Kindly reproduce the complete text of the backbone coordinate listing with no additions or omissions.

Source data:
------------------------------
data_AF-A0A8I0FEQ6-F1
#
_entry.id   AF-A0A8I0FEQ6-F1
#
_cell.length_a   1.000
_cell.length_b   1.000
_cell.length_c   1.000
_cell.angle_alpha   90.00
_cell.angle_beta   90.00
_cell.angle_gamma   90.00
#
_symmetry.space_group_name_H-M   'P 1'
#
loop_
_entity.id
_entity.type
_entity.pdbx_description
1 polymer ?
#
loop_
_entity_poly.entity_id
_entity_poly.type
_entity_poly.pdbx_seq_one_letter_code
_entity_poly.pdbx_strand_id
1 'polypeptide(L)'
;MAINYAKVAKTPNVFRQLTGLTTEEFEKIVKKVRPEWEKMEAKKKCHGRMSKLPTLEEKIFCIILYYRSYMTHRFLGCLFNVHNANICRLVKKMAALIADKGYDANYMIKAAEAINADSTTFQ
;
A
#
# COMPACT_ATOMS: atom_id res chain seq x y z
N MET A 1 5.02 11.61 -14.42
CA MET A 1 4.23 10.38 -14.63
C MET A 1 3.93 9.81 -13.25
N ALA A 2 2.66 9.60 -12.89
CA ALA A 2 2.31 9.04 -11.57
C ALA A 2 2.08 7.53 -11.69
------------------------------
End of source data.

data_AF-A0A8I0FEQ6-F1
#
_entry.id   AF-A0A8I0FEQ6-F1
#
_cell.length_a   1.000
_cell.length_b   1.000
_cell.length_c   1.000
_cell.angle_alpha   90.00
_cell.angle_beta   90.00
_cell.angle_gamma   90.00
#
_symmetry.space_group_name_H-M   'P 1'
#
loop_
_entity.id
_entity.type
_entity.pdbx_description
1 polymer ?
#
loop_
_entity_poly.entity_id
_entity_poly.type
_entity_poly.pdbx_seq_one_letter_code
_entity_poly.pdbx_strand_id
1 'polypeptide(L)'
;MAINYAKVAKTPNVFRQLTGLTTEEFEKIVKKVRPEWEKMEAKKKCHGRMSKLPTLEEKIFCIILYYRSYMTHRFLGCLFNVHNANICRLVKKMAALIADKGYDANYMIKAAEAINADSTTFQ
;
A
#
# COMPACT_ATOMS: atom_id res chain seq x y z
N MET A 1 5.02 11.61 -14.42
CA MET A 1 4.23 10.38 -14.63
C MET A 1 3.93 9.81 -13.25
N ALA A 2 2.66 9.60 -12.89
CA ALA A 2 2.31 9.04 -11.57
C ALA A 2 2.08 7.53 -11.69